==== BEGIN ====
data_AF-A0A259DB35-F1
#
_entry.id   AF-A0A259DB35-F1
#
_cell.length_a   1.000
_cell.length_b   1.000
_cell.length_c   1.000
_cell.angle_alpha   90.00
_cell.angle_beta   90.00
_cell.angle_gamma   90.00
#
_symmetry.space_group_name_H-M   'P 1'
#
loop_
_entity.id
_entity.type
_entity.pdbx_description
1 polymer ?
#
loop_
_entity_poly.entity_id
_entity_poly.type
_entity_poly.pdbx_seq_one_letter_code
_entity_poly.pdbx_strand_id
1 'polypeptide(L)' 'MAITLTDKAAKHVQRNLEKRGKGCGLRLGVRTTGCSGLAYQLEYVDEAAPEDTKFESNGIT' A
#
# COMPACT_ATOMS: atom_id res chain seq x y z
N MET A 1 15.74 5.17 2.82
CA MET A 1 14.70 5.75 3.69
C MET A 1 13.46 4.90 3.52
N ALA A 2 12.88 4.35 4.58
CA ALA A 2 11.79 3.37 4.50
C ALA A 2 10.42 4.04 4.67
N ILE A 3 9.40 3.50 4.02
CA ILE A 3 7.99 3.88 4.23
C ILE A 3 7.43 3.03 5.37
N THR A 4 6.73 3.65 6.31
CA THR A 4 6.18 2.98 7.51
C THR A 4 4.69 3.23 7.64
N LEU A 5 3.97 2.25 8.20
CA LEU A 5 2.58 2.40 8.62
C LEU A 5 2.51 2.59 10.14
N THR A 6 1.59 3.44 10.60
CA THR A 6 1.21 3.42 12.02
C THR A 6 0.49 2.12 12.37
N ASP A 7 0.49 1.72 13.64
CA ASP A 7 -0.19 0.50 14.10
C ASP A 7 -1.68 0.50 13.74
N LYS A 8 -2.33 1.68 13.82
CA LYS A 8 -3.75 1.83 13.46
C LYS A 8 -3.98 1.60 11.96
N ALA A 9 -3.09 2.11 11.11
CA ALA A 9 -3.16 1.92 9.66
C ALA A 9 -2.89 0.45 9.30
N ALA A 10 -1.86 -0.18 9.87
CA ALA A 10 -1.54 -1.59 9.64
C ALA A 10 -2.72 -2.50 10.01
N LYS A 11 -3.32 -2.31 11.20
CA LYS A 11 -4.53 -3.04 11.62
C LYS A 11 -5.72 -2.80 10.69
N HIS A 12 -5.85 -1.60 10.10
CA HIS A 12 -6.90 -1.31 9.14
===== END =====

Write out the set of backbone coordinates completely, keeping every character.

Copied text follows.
data_AF-A0A259DB35-F1
#
_entry.id   AF-A0A259DB35-F1
#
_cell.length_a   1.000
_cell.length_b   1.000
_cell.length_c   1.000
_cell.angle_alpha   90.00
_cell.angle_beta   90.00
_cell.angle_gamma   90.00
#
_symmetry.space_group_name_H-M   'P 1'
#
loop_
_entity.id
_entity.type
_entity.pdbx_description
1 polymer ?
#
loop_
_entity_poly.entity_id
_entity_poly.type
_entity_poly.pdbx_seq_one_letter_code
_entity_poly.pdbx_strand_id
1 'polypeptide(L)' 'MAITLTDKAAKHVQRNLEKRGKGCGLRLGVRTTGCSGLAYQLEYVDEAAPEDTKFESNGIT' A
#
# COMPACT_ATOMS: atom_id res chain seq x y z
N MET A 1 15.74 5.17 2.82
CA MET A 1 14.70 5.75 3.69
C MET A 1 13.46 4.90 3.52
N ALA A 2 12.88 4.35 4.58
CA ALA A 2 11.79 3.37 4.50
C ALA A 2 10.42 4.04 4.67
N ILE A 3 9.40 3.50 4.02
CA ILE A 3 7.99 3.88 4.23
C ILE A 3 7.43 3.03 5.37
N THR A 4 6.73 3.65 6.31
CA THR A 4 6.18 2.98 7.51
C THR A 4 4.69 3.23 7.64
N LEU A 5 3.97 2.25 8.20
CA LEU A 5 2.58 2.40 8.62
C LEU A 5 2.51 2.59 10.14
N THR A 6 1.59 3.44 10.60
CA THR A 6 1.21 3.42 12.02
C THR A 6 0.49 2.12 12.37
N ASP A 7 0.49 1.72 13.64
CA ASP A 7 -0.19 0.50 14.10
C ASP A 7 -1.68 0.50 13.74
N LYS A 8 -2.33 1.68 13.82
CA LYS A 8 -3.75 1.83 13.46
C LYS A 8 -3.98 1.60 11.96
N ALA A 9 -3.09 2.11 11.11
CA ALA A 9 -3.16 1.92 9.66
C ALA A 9 -2.89 0.45 9.30
N ALA A 10 -1.86 -0.18 9.87
CA ALA A 10 -1.54 -1.59 9.64
C ALA A 10 -2.72 -2.50 10.01
N LYS A 11 -3.32 -2.31 11.20
CA LYS A 11 -4.53 -3.04 11.62
C LYS A 11 -5.72 -2.80 10.69
N HIS A 12 -5.85 -1.60 10.10
CA HIS A 12 -6.90 -1.31 9.14